The Heritage Fund recognises the significant role of wellbeing in our outcomes and inclusion priorities. This week has a strategic focus for us all this year and ahead. As a funder, we recognise that not everyone is equally impacted by the pandemic, with existing, structural inequalities disproportionately affecting the experiences of individuals and communities.
When the Heritage Fund approached Burgh Castle Almanac participants to share their knowledge and experiences as part of Mental Health Awareness Week, it was the very intentional, central role of kindness as a core value which was shared by everyone involved, that sang out for me. It was also the way that all the structures surrounding this brilliant two-and-a-half year project demonstrated for me what is increasingly recognised as an ethics of care. This is a situated, relational model of understanding how we connect – or fail to connect – with each other, which recognises that care takes place in a mesh of social and structural networks. Using the ethics of care means we pay attention to the changing care needs we all have throughout our lives, whilst recognising the often extreme differences in how we all experience power relations and structural inequalities. As a very concrete example of the ethics of care in action (although not a term I think the Burgh Castle Almanac participants currently use, perhaps a creative opportunity together ahead!) I’ll give a brief snapshot based on this recent experience.
I’ve been lucky enough to join one of the Almanac walks at Burgh Castle. Arriving in Great Yarmouth one late autumn day I was immediately made welcome by all involved in this exploration of historic landscape and mental wellbeing at Burgh Castle Roman Fort. I was included warmly in the conversations over past events, then guided along in the darkening day by others, the kindness consistently demonstrated by all meaning that I didn’t fall into the surrounding muddy ditches and peaceful, but freezing water. While we were walking, many of the 20 or so participants shared with me their experiences of the beauty and comfort they gained in this extraordinary ancient landscape, associated now with new friends, people who could be trusted and who evidently helped each other, often during difficult, perhaps lonely days. When we eventually left the moonlit landscape for a much-needed tea brew back in the warm Village Hall, I felt relaxed, safe and completely included in this environment that had been previously unknown to me.
The context I had been invited into, to explore with other people, to contribute ideas and share these more widely through the Burgh Castle Almanac enabled us all to feel more positive about what was next for each of us, in our days and weeks ahead. These intentional values of kindness and supported creativity of course didn’t happen randomly. Addressing the inequalities of health, income, housing and much more, which prevent so many people in the UK experiencing historic landscapes or any other aspects of our shared heritage, takes an understanding of the ‘ethics of care’. This is an understanding that we all need care at differing points in our lives and access to resources and equitable structures to look after each other and which really values how we care about each other. This knowledge means placing people at the centre and from the outset, through thinking, planning and resourcing, often for months ahead.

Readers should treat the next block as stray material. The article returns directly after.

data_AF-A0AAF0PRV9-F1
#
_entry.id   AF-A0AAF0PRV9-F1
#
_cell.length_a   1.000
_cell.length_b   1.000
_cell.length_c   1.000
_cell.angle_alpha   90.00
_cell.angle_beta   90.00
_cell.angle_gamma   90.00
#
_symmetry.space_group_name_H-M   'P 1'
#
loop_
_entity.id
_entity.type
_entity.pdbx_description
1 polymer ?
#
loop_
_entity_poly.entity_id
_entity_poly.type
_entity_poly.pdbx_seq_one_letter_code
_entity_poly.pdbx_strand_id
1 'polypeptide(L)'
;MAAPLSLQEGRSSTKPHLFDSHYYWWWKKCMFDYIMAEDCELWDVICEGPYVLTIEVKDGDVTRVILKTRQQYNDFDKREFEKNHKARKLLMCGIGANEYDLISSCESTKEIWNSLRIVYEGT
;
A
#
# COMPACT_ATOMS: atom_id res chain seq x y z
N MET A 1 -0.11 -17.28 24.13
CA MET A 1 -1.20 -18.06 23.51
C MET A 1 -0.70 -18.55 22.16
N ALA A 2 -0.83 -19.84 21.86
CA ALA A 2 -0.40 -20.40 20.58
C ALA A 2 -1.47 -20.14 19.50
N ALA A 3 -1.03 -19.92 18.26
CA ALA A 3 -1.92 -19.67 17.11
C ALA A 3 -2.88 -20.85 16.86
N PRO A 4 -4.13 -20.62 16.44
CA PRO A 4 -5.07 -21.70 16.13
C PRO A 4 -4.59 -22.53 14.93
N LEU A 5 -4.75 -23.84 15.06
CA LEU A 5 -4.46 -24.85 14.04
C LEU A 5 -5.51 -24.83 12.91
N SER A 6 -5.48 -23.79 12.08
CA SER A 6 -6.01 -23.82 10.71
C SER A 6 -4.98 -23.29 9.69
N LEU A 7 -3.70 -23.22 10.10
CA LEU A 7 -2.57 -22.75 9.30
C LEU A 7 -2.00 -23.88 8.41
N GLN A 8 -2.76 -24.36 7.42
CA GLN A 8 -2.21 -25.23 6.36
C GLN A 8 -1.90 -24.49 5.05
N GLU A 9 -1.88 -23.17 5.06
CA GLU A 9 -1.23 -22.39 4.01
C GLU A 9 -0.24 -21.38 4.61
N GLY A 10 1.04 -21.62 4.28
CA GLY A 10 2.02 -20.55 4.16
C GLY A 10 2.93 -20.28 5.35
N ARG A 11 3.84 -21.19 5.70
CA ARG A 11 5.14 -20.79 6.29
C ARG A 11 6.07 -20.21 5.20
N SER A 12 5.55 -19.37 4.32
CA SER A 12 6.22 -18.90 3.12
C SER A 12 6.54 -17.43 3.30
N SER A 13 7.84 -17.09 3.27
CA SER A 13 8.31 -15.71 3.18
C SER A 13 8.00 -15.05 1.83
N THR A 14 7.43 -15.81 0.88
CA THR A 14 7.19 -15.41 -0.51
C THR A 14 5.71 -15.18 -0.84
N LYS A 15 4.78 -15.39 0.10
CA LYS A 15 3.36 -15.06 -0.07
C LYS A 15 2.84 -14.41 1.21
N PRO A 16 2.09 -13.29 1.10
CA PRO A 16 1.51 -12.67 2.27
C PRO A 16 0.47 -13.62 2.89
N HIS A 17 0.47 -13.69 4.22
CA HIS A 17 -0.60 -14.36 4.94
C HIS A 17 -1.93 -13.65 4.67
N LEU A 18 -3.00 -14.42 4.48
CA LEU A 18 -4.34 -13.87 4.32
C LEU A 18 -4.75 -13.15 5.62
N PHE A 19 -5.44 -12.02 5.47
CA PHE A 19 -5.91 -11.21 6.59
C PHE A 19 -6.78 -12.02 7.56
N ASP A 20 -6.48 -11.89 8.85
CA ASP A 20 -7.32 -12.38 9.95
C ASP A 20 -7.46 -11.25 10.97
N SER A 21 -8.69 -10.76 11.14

In the Burgh Castle Almanac example, creative and flexible relationships between mental health and heritage organisations include the Broads National Park Authority and the Restoration Trust. Finding the right person to regularly drive the minibus so people can get to the site and contribute to the Almanac, or who to give an enjoyable talk about the stars over the ancient Burgh Castle site and the archaeology within it, or to remember to bring the milk – are all crucial relational and interlocking components.
All these skills and resources require kindness as core to ‘working with’, not ‘doing to’ people who may have experienced intense vulnerability and reduced life opportunities over many long, hard years. Together as participants, heritage organisations, artists, funders and many more we can contribute to building an ethics of care now and ahead, which really demonstrates meaningful social and creative change in tackling these inequalities. That looks like a Positive Future for me and so many of us involved in CHWA and other alliances I know too.
You’ll find Laura Drysdale’s and John Durrant’s experience of Burgh Castle Almanac here:
Liz: Victoria, during the pandemic you’re currently running CHWA from South Africa. As a musician and CHWA Director, do you experience the sketch I’ve given of an ethics of care and how do the ensuing practices of kindness resonate for you?
Victoria: Well, I’m experiencing a sort of double-consciousness at the moment, since I’m completely immersed in what’s happening in the UK via the news, social media, and the work with the Alliance of course. I am living in the UK on one level, and on another I am in a South African winter, with all the beautiful cold sunsets hitting Joburg’s orange rocks while the UK’s summer evenings drift on.